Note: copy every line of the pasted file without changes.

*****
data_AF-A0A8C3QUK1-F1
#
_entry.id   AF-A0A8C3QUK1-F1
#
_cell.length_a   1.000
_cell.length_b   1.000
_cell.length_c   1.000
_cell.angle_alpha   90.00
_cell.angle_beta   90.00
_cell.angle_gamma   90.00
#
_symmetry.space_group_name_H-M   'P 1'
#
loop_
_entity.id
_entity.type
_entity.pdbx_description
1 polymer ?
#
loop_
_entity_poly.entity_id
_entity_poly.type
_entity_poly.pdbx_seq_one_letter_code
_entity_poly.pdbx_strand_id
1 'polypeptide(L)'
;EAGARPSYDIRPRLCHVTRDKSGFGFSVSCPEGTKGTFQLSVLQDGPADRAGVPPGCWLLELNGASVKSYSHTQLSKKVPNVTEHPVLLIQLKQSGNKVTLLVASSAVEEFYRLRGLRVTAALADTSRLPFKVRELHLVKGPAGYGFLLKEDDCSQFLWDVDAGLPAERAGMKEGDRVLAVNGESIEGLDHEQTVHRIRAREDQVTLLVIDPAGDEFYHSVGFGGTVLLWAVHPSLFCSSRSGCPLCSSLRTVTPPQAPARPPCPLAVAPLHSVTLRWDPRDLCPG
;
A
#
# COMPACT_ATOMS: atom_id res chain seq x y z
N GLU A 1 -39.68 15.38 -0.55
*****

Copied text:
data_AF-A0A8C3QUK1-F1
#
_entry.id   AF-A0A8C3QUK1-F1
#
_cell.length_a   1.000
_cell.length_b   1.000
_cell.length_c   1.000
_cell.angle_alpha   90.00
_cell.angle_beta   90.00
_cell.angle_gamma   90.00
#
_symmetry.space_group_name_H-M   'P 1'
#
loop_
_entity.id
_entity.type
_entity.pdbx_description
1 polymer ?
#
loop_
_entity_poly.entity_id
_entity_poly.type
_entity_poly.pdbx_seq_one_letter_code
_entity_poly.pdbx_strand_id
1 'polypeptide(L)'
;EAGARPSYDIRPRLCHVTRDKSGFGFSVSCPEGTKGTFQLSVLQDGPADRAGVPPGCWLLELNGASVKSYSHTQLSKKVPNVTEHPVLLIQLKQSGNKVTLLVASSAVEEFYRLRGLRVTAALADTSRLPFKVRELHLVKGPAGYGFLLKEDDCSQFLWDVDAGLPAERAGMKEGDRVLAVNGESIEGLDHEQTVHRIRAREDQVTLLVIDPAGDEFYHSVGFGGTVLLWAVHPSLFCSSRSGCPLCSSLRTVTPPQAPARPPCPLAVAPLHSVTLRWDPRDLCPG
;
A
#
# COMPACT_ATOMS: atom_id res chain seq x y z
N GLU A 1 -39.68 15.38 -0.55